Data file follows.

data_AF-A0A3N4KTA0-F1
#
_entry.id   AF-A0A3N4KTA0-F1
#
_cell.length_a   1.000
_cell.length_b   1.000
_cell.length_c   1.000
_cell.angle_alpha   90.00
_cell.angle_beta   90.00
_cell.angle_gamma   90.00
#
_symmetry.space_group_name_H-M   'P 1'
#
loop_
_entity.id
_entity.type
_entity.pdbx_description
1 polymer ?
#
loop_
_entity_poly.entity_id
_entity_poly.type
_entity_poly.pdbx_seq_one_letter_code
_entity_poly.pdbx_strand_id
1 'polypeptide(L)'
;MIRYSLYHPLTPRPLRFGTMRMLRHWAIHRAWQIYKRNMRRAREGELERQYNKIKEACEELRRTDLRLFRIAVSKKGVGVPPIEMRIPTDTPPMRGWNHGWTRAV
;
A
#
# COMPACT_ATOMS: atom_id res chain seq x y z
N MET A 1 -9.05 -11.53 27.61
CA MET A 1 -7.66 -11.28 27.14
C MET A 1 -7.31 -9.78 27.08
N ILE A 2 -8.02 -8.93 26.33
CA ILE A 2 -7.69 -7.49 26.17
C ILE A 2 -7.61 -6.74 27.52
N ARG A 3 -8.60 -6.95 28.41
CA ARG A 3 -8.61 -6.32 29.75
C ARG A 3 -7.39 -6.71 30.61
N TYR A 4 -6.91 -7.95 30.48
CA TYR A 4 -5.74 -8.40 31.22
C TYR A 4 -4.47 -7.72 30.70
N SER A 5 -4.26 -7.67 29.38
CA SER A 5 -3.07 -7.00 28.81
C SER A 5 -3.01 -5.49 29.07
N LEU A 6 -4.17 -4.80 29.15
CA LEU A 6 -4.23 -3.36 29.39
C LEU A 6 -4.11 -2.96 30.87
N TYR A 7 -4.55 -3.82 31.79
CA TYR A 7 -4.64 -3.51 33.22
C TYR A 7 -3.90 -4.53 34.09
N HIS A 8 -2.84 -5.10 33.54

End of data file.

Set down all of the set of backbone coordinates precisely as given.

data_AF-A0A3N4KTA0-F1
#
_entry.id   AF-A0A3N4KTA0-F1
#
_cell.length_a   1.000
_cell.length_b   1.000
_cell.length_c   1.000
_cell.angle_alpha   90.00
_cell.angle_beta   90.00
_cell.angle_gamma   90.00
#
_symmetry.space_group_name_H-M   'P 1'
#
loop_
_entity.id
_entity.type
_entity.pdbx_description
1 polymer ?
#
loop_
_entity_poly.entity_id
_entity_poly.type
_entity_poly.pdbx_seq_one_letter_code
_entity_poly.pdbx_strand_id
1 'polypeptide(L)'
;MIRYSLYHPLTPRPLRFGTMRMLRHWAIHRAWQIYKRNMRRAREGELERQYNKIKEACEELRRTDLRLFRIAVSKKGVGVPPIEMRIPTDTPPMRGWNHGWTRAV
;
A
#
# COMPACT_ATOMS: atom_id res chain seq x y z
N MET A 1 -9.05 -11.53 27.61
CA MET A 1 -7.66 -11.28 27.14
C MET A 1 -7.31 -9.78 27.08
N ILE A 2 -8.02 -8.93 26.33
CA ILE A 2 -7.69 -7.49 26.17
C ILE A 2 -7.61 -6.74 27.52
N ARG A 3 -8.60 -6.95 28.41
CA ARG A 3 -8.61 -6.32 29.75
C ARG A 3 -7.39 -6.71 30.61
N TYR A 4 -6.91 -7.95 30.48
CA TYR A 4 -5.74 -8.40 31.22
C TYR A 4 -4.47 -7.72 30.70
N SER A 5 -4.26 -7.67 29.38
CA SER A 5 -3.07 -7.00 28.81
C SER A 5 -3.01 -5.49 29.07
N LEU A 6 -4.17 -4.80 29.15
CA LEU A 6 -4.23 -3.36 29.39
C LEU A 6 -4.11 -2.96 30.87
N TYR A 7 -4.55 -3.82 31.79
CA TYR A 7 -4.64 -3.51 33.22
C TYR A 7 -3.90 -4.53 34.09
N HIS A 8 -2.84 -5.10 33.54